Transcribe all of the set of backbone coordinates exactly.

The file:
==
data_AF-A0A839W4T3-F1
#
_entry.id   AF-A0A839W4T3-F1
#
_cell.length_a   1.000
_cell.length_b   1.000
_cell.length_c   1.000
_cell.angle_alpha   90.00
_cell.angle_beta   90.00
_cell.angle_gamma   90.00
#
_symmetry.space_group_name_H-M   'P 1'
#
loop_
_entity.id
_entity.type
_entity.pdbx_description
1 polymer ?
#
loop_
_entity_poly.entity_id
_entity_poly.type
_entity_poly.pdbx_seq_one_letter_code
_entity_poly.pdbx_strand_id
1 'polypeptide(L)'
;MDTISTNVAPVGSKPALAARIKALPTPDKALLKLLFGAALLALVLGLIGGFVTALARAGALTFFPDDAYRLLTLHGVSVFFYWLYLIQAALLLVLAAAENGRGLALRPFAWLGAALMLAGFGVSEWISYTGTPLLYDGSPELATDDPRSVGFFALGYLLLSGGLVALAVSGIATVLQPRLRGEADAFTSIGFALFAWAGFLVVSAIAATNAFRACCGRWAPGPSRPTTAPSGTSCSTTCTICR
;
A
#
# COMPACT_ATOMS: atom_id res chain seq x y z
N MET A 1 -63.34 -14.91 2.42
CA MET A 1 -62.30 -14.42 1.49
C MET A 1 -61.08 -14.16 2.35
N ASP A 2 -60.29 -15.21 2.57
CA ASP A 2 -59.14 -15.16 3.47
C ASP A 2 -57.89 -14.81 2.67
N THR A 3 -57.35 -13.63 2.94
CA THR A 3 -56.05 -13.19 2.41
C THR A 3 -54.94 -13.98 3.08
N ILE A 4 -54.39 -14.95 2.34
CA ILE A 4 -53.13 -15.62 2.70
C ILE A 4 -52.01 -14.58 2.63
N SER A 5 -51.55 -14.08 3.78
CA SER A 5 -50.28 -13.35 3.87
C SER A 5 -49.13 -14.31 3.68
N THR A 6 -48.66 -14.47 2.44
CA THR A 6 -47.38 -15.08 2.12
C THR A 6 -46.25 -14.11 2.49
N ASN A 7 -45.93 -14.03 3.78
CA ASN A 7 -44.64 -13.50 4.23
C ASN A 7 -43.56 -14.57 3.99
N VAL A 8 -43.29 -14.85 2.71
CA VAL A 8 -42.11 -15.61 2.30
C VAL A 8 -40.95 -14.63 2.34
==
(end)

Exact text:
data_AF-A0A839W4T3-F1
#
_entry.id   AF-A0A839W4T3-F1
#
_cell.length_a   1.000
_cell.length_b   1.000
_cell.length_c   1.000
_cell.angle_alpha   90.00
_cell.angle_beta   90.00
_cell.angle_gamma   90.00
#
_symmetry.space_group_name_H-M   'P 1'
#
loop_
_entity.id
_entity.type
_entity.pdbx_description
1 polymer ?
#
loop_
_entity_poly.entity_id
_entity_poly.type
_entity_poly.pdbx_seq_one_letter_code
_entity_poly.pdbx_strand_id
1 'polypeptide(L)'
;MDTISTNVAPVGSKPALAARIKALPTPDKALLKLLFGAALLALVLGLIGGFVTALARAGALTFFPDDAYRLLTLHGVSVFFYWLYLIQAALLLVLAAAENGRGLALRPFAWLGAALMLAGFGVSEWISYTGTPLLYDGSPELATDDPRSVGFFALGYLLLSGGLVALAVSGIATVLQPRLRGEADAFTSIGFALFAWAGFLVVSAIAATNAFRACCGRWAPGPSRPTTAPSGTSCSTTCTICR
;
A
#
# COMPACT_ATOMS: atom_id res chain seq x y z
N MET A 1 -63.34 -14.91 2.42
CA MET A 1 -62.30 -14.42 1.49
C MET A 1 -61.08 -14.16 2.35
N ASP A 2 -60.29 -15.21 2.57
CA ASP A 2 -59.14 -15.16 3.47
C ASP A 2 -57.89 -14.81 2.67
N THR A 3 -57.35 -13.63 2.94
CA THR A 3 -56.05 -13.19 2.41
C THR A 3 -54.94 -13.98 3.08
N ILE A 4 -54.39 -14.95 2.34
CA ILE A 4 -53.13 -15.62 2.70
C ILE A 4 -52.01 -14.58 2.63
N SER A 5 -51.55 -14.08 3.78
CA SER A 5 -50.28 -13.35 3.87
C SER A 5 -49.13 -14.31 3.68
N THR A 6 -48.66 -14.47 2.44
CA THR A 6 -47.38 -15.08 2.12
C THR A 6 -46.25 -14.11 2.49
N ASN A 7 -45.93 -14.03 3.78
CA ASN A 7 -44.64 -13.50 4.23
C ASN A 7 -43.56 -14.57 3.99
N VAL A 8 -43.29 -14.85 2.71
CA VAL A 8 -42.11 -15.61 2.30
C VAL A 8 -40.95 -14.63 2.34